The campground's central location, and the park's small size, means just about everything is accessible by foot. The Tower #7 Observatory, the amphitheater, the Nature Center, Fort Miles, and several trailheads are all less than a quarter-mile from the campground.
The park is open year-round, and reservations can be made up to one year in advance. Although the campground is large, this park - one of Deleware's most popular - fills up fast, especially during the summer. Book well in advance if you are able! A note for winter travelers, though: water may not be available from November through March.
Cape Henlopen also has 12 charming cabins, each well-shaded by trees. All cabins have two bedrooms. Covered, screened-in porches offer a great place to relax or read. Each cabin also has a water spigot, a fire ring, and picnic tables. Cabins do not have their own restrooms; however, there is a communal bathhouse dedicated solely to the twelve cabins.
Each cabin can accommodate up to six guests. During the busy peak season, reservations must be for at least one week. Off-peak reservation minimums range from two to three days. Like the main campground, the cabins are available year-round with reservations. Unlike the main campground, pets are NOT allowed, and trailers and RVs cannot be accommodated.
Separate from its main campground, Cape Henlopen has three primitive (no electric, water or sewage hookups, and no RVs/trailers allowed) campgrounds dedicated solely to youth camping. These campsites are located just to the north of the main campground. Campers can choose to set up in large, open fields or in the wooded areas on the sites' fringes. Each site spots a large fire ring, a frost-free water spigot, and a sheltered picnic area. The inner beach, outer beach, the nature center, and several hiking trails are all within easy walking distance of the youth sites.
This sandy 0.6-mile loop trail begins at the Seaside Nature Center. It leads directly to the beach, where you can leave the trail and walk along the salty-aired coast for miles in either direction. The trail also goes past some forest remnants and offers good views of the ocean and of several shore-side lighthouses.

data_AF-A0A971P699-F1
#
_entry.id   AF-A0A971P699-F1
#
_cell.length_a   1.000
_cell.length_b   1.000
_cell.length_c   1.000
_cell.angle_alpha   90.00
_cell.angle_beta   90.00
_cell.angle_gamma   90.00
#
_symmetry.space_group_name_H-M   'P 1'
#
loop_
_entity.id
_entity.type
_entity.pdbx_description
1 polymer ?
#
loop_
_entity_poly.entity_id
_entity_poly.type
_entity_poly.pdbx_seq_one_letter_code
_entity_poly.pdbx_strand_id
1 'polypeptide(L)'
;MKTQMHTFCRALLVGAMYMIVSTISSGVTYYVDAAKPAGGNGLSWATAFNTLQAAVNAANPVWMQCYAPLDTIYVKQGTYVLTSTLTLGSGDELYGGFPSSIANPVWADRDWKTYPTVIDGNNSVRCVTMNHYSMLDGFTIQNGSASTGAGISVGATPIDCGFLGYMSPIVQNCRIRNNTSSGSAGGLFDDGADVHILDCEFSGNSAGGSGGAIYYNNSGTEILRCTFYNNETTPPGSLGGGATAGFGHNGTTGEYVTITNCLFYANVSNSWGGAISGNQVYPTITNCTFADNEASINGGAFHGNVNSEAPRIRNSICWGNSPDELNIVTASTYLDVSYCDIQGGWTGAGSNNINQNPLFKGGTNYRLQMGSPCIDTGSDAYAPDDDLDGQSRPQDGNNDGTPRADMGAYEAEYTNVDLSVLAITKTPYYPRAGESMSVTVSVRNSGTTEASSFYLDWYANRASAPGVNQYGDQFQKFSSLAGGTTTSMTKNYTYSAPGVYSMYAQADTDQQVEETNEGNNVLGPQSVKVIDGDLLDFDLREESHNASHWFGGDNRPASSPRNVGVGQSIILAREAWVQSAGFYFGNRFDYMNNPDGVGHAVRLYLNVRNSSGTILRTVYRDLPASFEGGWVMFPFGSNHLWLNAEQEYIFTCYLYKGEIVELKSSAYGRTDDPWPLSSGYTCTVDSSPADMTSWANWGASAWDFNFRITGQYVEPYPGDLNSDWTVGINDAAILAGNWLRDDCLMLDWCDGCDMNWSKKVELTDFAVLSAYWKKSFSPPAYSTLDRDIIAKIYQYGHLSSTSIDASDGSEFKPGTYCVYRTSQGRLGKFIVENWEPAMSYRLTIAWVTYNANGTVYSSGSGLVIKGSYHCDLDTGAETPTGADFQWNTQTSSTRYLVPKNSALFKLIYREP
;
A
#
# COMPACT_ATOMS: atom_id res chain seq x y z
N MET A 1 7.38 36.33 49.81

The entire American Discovery Trail runs from Cape Henlopen to San Francisco, and the Delaware portion of the trail basically bisects the state. The first major stop is Lewes, one of Deleware's oldest towns (founded way back in 1631, it lays claim to being "the First Town in the First State"). The trail then heads to the Victorian homes of Milton, offers great birding opportunities at Prime Hook National Wildlife Refuge, and ends its tour at the charming town of Bridgeville. If you don't want to stop here, continue on to the tiny towns of Cocked Hat, Adamsville, and Hickman until you reach the Maryland state line. The Delaware portion of the American Discovery Trail covers 44.6 miles along paved rural roads.
Bring your own bike, or borrow one at the Nature Center, and then hit this 3.5-mile asphalt-paved trail. Most people start at the World War II Observation Tower. Early spring is a good time to take this tour, as many migratory birds can be seen nearby. The bike loop branches off in several places, so there’s plenty of opportunities for exploring. Or, you can just relax and enjoy the ride. There are lots of trees, lots of sand dunes, and lots of deer (so make sure your brakes are working properly!).
The Cape Henlopen ecosystem is very diverse, and visitors to the Seaside Nature Center can learn all about it here. Enjoy a hands-on experience at one of the fascinating touch tanks, where you can explore many native species of fish, stingrays, and horseshoe crabs up close. This is a great activity for the whole family.